Quite Contrary

Andrew Gelman asks:

This brings me to a research question: is contrarian-ness on the increase, or have pundits been doing this sort of thing forever? All someone needs to do is come up with a good measure for it and go through the right database and find out the answer. I really feel like the op-eds have become more contrarian in recent decades. Probably this is impossible to measure, but if anyone has a good idea, go for it!

My strong sense is that contrarianness reached its apogee in the 1990s when a general sense took over that politics was basically silly and that punditry should be seen as basically akin to the college debate circuit wherein the idea is to construct the most clever possible argument rather than to actually hit on the truth. When this general spirit of the times merged with the elite press’ inexplicable loathing of Al Gore you started getting really bizarre arguments being made with a straight face. People would say that one good thing about George W. Bush was that he was dimwitted, which made him understand leadership. Or that a big problem with Gore was that he was interested in public policy.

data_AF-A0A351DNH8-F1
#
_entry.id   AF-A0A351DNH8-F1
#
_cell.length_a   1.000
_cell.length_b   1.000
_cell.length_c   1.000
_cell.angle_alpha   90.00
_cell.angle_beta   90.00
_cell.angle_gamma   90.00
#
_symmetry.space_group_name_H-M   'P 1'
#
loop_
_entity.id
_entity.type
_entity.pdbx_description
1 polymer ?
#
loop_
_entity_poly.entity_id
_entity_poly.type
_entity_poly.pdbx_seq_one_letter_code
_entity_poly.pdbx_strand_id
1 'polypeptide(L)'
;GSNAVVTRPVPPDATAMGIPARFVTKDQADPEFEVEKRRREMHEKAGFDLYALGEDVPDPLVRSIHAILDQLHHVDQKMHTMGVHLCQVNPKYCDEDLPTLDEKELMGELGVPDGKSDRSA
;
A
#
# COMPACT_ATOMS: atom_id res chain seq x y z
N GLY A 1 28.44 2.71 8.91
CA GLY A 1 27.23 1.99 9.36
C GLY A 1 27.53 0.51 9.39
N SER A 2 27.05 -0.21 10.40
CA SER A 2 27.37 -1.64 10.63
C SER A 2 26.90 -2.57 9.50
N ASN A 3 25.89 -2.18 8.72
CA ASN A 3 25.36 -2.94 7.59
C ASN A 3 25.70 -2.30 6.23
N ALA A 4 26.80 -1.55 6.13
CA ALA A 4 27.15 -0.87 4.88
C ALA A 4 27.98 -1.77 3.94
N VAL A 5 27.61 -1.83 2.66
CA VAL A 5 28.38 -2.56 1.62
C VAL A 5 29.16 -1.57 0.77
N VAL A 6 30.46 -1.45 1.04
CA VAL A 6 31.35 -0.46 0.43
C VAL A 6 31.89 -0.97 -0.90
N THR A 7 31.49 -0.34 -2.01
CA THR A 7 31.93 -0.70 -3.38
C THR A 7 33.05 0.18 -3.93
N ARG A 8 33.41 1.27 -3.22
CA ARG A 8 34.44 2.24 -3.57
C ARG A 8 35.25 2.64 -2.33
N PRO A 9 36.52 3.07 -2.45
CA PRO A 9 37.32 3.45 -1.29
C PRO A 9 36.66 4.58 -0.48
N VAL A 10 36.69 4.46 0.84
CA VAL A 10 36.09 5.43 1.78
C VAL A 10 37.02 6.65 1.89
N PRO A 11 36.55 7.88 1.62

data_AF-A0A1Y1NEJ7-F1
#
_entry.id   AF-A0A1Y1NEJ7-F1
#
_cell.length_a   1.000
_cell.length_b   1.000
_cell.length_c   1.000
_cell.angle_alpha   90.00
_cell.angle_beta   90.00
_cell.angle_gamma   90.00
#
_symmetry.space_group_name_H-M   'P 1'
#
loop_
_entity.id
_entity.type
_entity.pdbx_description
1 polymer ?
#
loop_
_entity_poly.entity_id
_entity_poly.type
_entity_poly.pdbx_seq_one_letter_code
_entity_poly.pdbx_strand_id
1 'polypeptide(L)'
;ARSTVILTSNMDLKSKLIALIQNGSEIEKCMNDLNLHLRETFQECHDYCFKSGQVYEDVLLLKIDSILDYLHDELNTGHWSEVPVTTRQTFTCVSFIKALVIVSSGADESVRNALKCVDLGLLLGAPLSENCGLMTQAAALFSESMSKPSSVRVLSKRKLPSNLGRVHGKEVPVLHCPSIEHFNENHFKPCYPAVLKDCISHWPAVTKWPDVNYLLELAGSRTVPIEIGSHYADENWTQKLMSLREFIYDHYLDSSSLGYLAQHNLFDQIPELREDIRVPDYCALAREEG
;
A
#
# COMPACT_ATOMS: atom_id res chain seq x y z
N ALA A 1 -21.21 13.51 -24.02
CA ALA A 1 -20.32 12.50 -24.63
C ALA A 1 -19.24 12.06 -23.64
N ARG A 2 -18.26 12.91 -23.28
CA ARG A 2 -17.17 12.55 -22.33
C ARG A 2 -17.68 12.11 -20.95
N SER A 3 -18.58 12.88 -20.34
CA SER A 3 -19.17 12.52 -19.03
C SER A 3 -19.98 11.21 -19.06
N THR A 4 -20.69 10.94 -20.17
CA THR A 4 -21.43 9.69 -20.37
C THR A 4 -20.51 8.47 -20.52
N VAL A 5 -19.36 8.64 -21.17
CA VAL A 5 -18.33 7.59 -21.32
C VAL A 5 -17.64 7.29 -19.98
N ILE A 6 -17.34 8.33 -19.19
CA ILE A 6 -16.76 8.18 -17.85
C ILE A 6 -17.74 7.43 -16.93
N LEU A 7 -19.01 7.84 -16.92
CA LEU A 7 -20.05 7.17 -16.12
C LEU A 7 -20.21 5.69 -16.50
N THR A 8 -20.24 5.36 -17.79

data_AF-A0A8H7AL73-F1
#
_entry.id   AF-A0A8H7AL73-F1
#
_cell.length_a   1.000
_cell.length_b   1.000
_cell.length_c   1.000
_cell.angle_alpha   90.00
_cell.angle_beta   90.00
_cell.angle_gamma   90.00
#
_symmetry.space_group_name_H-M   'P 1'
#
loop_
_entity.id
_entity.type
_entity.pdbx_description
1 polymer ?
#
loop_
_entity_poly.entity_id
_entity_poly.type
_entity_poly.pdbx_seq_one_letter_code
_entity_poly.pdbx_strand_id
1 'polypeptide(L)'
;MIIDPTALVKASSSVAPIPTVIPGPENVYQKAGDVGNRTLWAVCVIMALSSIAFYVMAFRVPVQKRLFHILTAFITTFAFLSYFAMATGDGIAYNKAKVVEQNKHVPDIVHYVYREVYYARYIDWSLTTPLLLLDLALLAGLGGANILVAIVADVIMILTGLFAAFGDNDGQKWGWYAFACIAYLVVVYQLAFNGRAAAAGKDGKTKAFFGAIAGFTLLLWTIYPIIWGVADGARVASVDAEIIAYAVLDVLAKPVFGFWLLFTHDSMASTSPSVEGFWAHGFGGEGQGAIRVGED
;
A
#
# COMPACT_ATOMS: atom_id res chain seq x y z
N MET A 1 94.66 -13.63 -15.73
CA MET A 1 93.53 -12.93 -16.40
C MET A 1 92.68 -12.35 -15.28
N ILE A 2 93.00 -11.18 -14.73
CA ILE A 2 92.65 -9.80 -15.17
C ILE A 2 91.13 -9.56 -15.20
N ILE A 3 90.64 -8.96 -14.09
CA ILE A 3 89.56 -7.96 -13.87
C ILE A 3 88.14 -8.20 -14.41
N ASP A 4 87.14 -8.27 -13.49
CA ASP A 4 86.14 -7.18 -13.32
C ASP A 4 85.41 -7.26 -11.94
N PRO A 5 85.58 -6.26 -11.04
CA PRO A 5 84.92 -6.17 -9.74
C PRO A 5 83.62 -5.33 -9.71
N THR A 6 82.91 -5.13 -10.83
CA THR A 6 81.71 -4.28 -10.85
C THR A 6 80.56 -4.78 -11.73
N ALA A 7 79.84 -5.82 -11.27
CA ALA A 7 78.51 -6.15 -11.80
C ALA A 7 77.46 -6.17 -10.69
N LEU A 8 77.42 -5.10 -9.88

This attitude brought us thousands of Americans killed in a terrorist attack, thousands more killed in a senseless war, and eventually the collapse of the world economy. But that in turn has at least to a small extent reminded people that it actually does matter what happens and who’s right.